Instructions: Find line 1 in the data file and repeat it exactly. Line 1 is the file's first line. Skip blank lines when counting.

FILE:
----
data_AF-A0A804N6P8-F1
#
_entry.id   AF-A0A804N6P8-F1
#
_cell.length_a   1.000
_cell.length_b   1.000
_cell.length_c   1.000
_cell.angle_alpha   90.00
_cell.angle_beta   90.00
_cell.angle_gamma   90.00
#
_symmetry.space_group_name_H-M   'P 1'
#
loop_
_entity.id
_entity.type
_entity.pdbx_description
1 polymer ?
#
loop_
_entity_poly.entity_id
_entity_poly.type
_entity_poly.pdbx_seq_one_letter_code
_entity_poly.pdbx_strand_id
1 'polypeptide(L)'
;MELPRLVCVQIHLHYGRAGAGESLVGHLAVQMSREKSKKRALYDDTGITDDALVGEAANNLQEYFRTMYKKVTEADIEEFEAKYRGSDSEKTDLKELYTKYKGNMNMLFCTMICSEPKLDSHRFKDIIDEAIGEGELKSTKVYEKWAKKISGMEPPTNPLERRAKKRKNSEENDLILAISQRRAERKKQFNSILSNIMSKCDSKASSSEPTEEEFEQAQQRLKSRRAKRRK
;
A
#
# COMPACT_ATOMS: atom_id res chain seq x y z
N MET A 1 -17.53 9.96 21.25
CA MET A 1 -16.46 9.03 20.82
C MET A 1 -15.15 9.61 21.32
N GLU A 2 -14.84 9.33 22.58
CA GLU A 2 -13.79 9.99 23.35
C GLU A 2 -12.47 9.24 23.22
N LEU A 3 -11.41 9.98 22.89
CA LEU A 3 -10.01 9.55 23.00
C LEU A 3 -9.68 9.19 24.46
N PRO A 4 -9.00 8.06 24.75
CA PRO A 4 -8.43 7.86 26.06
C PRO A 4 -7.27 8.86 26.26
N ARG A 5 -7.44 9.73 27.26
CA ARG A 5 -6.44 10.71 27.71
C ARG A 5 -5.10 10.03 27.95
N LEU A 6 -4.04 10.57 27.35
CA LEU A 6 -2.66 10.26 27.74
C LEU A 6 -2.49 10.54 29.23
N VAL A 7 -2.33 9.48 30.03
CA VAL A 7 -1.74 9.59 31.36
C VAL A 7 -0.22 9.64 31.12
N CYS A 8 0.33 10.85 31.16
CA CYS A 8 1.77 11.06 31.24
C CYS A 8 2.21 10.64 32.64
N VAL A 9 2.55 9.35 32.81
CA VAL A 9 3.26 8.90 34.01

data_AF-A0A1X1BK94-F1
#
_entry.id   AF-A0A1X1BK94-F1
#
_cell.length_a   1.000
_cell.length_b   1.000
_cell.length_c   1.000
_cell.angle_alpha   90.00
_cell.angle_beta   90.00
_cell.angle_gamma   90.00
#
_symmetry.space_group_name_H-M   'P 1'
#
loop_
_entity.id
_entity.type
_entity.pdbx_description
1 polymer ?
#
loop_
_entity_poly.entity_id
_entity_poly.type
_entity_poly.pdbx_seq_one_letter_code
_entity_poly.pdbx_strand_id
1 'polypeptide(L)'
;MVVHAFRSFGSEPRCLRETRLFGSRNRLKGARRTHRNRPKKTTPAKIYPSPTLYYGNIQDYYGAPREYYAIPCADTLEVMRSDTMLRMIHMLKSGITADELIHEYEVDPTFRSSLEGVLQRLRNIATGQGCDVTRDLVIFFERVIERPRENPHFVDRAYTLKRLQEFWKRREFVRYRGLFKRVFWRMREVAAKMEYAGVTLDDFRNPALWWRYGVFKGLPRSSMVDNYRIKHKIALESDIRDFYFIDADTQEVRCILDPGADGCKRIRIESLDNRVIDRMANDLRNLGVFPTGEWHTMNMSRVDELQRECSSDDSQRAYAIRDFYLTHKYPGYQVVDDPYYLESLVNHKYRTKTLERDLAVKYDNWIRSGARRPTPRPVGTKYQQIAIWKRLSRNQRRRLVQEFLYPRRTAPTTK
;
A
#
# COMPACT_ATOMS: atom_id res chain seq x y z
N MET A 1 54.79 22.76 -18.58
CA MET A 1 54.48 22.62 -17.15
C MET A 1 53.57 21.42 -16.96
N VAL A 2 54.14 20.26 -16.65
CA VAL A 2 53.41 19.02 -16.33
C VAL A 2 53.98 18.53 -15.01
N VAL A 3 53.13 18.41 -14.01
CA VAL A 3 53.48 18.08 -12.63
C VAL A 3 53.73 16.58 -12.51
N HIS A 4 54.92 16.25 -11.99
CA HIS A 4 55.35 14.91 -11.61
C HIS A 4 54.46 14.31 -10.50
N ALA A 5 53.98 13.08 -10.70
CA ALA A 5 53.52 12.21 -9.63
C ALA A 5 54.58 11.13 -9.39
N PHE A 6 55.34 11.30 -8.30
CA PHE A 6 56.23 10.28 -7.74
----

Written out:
data_AF-A0A804N6P8-F1